Promoting state health department evidence-based cancer and chronic disease prevention: a multi-phase dissemination study with a cluster randomized trial component
© Allen et al.; licensee BioMed Central Ltd. 2013
Received: 8 October 2013
Accepted: 9 December 2013
Published: 13 December 2013
Cancer and other chronic diseases reduce quality and length of life and productivity, and represent a significant financial burden to society. Evidence-based public health approaches to prevent cancer and other chronic diseases have been identified in recent decades and have the potential for high impact. Yet, barriers to implement prevention approaches persist as a result of multiple factors including lack of organizational support, limited resources, competing emerging priorities and crises, and limited skill among the public health workforce. The purpose of this study is to learn how best to promote the adoption of evidence based public health practice related to chronic disease prevention.
This paper describes the methods for a multi-phase dissemination study with a cluster randomized trial component that will evaluate the dissemination of public health knowledge about evidence-based prevention of cancer and other chronic diseases. Phase one involves development of measures of practitioner views on and organizational supports for evidence-based public health and data collection using a national online survey involving state health department chronic disease practitioners. In phase two, a cluster randomized trial design will be conducted to test receptivity and usefulness of dissemination strategies directed toward state health department chronic disease practitioners to enhance capacity and organizational support for evidence-based chronic disease prevention. Twelve state health department chronic disease units will be randomly selected and assigned to intervention or control. State health department staff and the university-based study team will jointly identify, refine, and select dissemination strategies within intervention units. Intervention (dissemination) strategies may include multi-day in-person training workshops, electronic information exchange modalities, and remote technical assistance. Evaluation methods include pre-post surveys, structured qualitative phone interviews, and abstraction of state-level chronic disease prevention program plans and progress reports.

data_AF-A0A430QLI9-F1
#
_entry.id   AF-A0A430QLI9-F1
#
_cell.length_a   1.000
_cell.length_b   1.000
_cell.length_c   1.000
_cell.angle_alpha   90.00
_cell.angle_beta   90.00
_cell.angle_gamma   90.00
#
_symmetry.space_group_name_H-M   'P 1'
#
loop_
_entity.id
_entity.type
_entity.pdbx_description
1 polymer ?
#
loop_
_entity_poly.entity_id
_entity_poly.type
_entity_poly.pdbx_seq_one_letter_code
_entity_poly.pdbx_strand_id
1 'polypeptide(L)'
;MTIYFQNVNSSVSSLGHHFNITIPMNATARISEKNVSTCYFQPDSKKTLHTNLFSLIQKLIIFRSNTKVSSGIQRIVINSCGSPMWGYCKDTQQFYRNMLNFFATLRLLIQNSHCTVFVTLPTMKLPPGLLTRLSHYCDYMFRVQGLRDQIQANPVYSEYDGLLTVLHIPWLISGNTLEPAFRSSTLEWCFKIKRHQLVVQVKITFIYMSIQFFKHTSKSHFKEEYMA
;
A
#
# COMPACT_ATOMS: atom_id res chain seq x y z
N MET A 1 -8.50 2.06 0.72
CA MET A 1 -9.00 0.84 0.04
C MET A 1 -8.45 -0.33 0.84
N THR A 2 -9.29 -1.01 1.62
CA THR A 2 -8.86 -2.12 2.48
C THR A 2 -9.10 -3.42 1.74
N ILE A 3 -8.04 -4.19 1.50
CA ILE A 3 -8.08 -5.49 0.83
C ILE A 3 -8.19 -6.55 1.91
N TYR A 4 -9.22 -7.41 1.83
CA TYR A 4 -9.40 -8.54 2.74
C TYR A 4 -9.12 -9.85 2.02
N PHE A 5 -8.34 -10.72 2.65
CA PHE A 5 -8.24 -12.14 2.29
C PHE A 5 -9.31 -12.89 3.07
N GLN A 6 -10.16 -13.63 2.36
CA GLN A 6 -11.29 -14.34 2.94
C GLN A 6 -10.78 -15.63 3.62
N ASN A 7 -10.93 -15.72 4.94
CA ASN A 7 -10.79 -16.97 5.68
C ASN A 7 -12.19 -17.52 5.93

KeywordsInformation dissemination Innovation diffusion Dissemination research Public health workforce Chronic disease prevention Cancer prevention and control Evidence-based public health Public health accreditation
The burden to individuals, families, communities, and society from tobacco use, poor nutrition, inadequate physical activity, obesity, and related cancers, cardiovascular diseases, and diabetes is staggering and has been well-documented. With the aging of the population, growth in healthcare costs to manage chronic diseases threatens state and national economies. In 2010, overall costs for cancer alone were over $124 billion. Multiple chronic diseases are common, with 21% of those aged 45 – 64 years old in the U.S. having two or more chronic diseases, and 62% of those aged 65 years and older[3, 4]. Low income and minority populations carry an excess burden due to early onset, later diagnosis, and poorer disease management outcomes[5–7]. Health-enhancing behaviors, including physical activity, healthy eating, and avoiding tobacco, can delay or prevent chronic disease[8–12]. In addition, management of existing conditions through health-enhancing behaviors has been found to improve quality of life and reduce healthcare costs.
Interrelationships among various chronic diseases and modifiable risk factors, United States
Chronic lung disease
High blood pressure
Environmental tobacco smoke
Low socioeconomic status
An additional barrier to evidence-based chronic disease prevention is the challenge of keeping up-to-date the knowledge and skills of the public health workforce. Even today, only a small portion of the public health workforce has formal academic training in public health[19, 29, 30]. Evidence-based policies and programs (EBPPs) for chronic disease prevention are complex and implemented across multiple settings and levels of society. This, compounded by high staff turnover in public health agencies, adds to the challenge of maintaining knowledge and skill to practice in an evidence-informed way.
Evidence-based public health requires knowledge of processes as well as specific intervention evidence content knowledge and a complex set of skills. Such process knowledge is a key part of evidence-based decision making (EBDM), which involves the integration of science-based interventions with community preferences to improve the health of populations. EBDM involves multiple processes, including making decisions based on the best available scientific or rigorous program evaluation evidence, applying program planning and quality improvement frameworks, engaging the community in assessment and decision-making, adapting and implementing EBPPs for specific populations or settings, and conducting sound evaluation[32–34]. To select and implement EBPPS with diverse populations and settings, advanced knowledge and skill is needed in intervention adaptation and implementation processes.